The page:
Capital Markets

By: Wade Austin

Sept. was the worst month of 2023 for equities and the second worst for bonds, despite a resilient U.S. economy that continued to grow. The culprit was a relentless rise in oil prices, interest rates, and the U.S. Dollar.

WTI crude oil began the summer in the $60s (per barrel) and marched higher in July and Aug. before peaking in the low $90s by late Sept. The 10-year U.S. Treasury note yield began Q3 at 3.82%, ended the quarter at 4.57%, and reached 4.8% by Oct. 3. By the quarter’s end, the U.S. Dollar had risen for 11 consecutive weeks—a remarkable feat that ranks as the second-longest winning streak in the index’s history.

While the Federal Reserve announced a pause in interest rates at its Sept. meeting and indicated the odds for a soft landing of the U.S. economy were increasing, they also altered their projection for keeping interest rates “higher for longer.” A soft landing is undoubtedly preferable to a recession. Still, investors were forced to re-price assets, adjusting valuations for the implications of stickier inflation, accelerating rates, and a “higher-for-longer” rate environment. The trio’s collective surge could have a sinister impact on financial markets if the trend continues. Of nine major asset classes, only two saw gains during Q3. Commodities rose 4.7%, and cash rose 1.3%.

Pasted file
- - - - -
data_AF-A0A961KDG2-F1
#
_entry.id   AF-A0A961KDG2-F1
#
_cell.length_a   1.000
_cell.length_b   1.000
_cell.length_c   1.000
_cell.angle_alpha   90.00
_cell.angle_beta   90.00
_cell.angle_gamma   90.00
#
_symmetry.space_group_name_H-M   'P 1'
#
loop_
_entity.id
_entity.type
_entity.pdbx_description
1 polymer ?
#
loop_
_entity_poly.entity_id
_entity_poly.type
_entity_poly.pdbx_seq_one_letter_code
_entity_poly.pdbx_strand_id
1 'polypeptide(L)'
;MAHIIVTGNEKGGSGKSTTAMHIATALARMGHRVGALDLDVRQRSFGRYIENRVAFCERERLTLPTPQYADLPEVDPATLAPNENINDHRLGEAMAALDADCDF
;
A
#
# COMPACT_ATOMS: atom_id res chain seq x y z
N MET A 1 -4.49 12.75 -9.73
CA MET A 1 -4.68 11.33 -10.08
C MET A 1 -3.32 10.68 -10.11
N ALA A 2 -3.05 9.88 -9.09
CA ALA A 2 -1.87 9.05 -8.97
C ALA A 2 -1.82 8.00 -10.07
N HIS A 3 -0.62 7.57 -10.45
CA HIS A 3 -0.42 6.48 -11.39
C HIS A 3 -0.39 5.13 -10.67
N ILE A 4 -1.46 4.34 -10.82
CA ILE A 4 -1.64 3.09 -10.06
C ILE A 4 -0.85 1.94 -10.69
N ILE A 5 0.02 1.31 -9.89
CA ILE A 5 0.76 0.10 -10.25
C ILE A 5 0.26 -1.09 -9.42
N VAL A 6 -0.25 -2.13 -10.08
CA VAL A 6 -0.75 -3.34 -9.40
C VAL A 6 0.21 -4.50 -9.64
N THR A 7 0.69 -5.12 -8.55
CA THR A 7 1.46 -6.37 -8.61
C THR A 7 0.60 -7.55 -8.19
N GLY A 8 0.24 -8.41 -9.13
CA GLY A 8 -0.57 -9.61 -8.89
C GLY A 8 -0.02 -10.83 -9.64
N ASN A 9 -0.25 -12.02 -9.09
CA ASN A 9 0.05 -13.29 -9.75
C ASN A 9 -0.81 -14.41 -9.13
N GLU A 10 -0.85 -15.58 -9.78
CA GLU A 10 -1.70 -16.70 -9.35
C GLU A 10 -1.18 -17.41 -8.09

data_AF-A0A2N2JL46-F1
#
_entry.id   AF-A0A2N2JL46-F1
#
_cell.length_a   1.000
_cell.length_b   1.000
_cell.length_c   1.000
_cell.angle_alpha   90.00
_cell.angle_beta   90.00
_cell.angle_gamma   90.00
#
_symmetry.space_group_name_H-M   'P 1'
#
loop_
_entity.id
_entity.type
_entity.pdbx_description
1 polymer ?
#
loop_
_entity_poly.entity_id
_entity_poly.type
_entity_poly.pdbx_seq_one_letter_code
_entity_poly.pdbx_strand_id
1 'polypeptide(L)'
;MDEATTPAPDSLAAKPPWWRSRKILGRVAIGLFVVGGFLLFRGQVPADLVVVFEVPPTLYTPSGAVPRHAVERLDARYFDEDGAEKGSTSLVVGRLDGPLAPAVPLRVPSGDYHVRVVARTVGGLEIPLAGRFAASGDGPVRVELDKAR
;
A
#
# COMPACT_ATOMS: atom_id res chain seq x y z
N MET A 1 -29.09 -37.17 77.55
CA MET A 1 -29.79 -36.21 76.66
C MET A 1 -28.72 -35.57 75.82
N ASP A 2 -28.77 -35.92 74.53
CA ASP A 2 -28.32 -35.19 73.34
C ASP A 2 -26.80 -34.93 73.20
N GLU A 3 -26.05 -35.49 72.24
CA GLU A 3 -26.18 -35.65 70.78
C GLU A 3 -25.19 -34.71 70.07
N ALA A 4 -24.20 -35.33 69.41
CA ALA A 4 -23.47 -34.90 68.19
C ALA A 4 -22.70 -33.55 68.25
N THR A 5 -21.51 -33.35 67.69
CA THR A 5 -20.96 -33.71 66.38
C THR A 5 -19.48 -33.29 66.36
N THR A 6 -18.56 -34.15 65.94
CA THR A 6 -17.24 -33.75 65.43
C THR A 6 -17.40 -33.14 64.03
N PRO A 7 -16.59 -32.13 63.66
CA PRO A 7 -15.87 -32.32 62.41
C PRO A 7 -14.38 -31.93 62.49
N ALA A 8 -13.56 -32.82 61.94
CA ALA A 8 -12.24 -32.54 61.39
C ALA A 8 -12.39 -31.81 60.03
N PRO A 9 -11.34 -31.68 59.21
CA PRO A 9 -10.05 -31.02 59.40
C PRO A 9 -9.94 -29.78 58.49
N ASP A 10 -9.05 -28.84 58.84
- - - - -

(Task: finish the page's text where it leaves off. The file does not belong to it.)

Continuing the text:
As higher money market rates and bond yields provided increasingly attractive competition, equities experienced their second consecutive monthly decline in Sept., with the S&P 500 falling 4.8%. Small cap stocks fared worse, falling 5.9%, while international and emerging market stocks suffered more modest declines at 3.6% and 2.4%, respectively. Ten of the 11 sectors comprising the S&P 500 registered negative total returns for the month, with real estate the laggard at -7.3%. Once again, energy was the top performer, up 2.6%. Communication services joined energy as the only winners during Q3. On a YTD basis, the S&P 500 Index maintained a strong 13.1% total return, but the dispersion between the largest stocks and the rest of the market was extreme. The 50 largest S&P 500 stocks were up 25%, while the S&P 500 Equal Weight Index gained only 1.7%.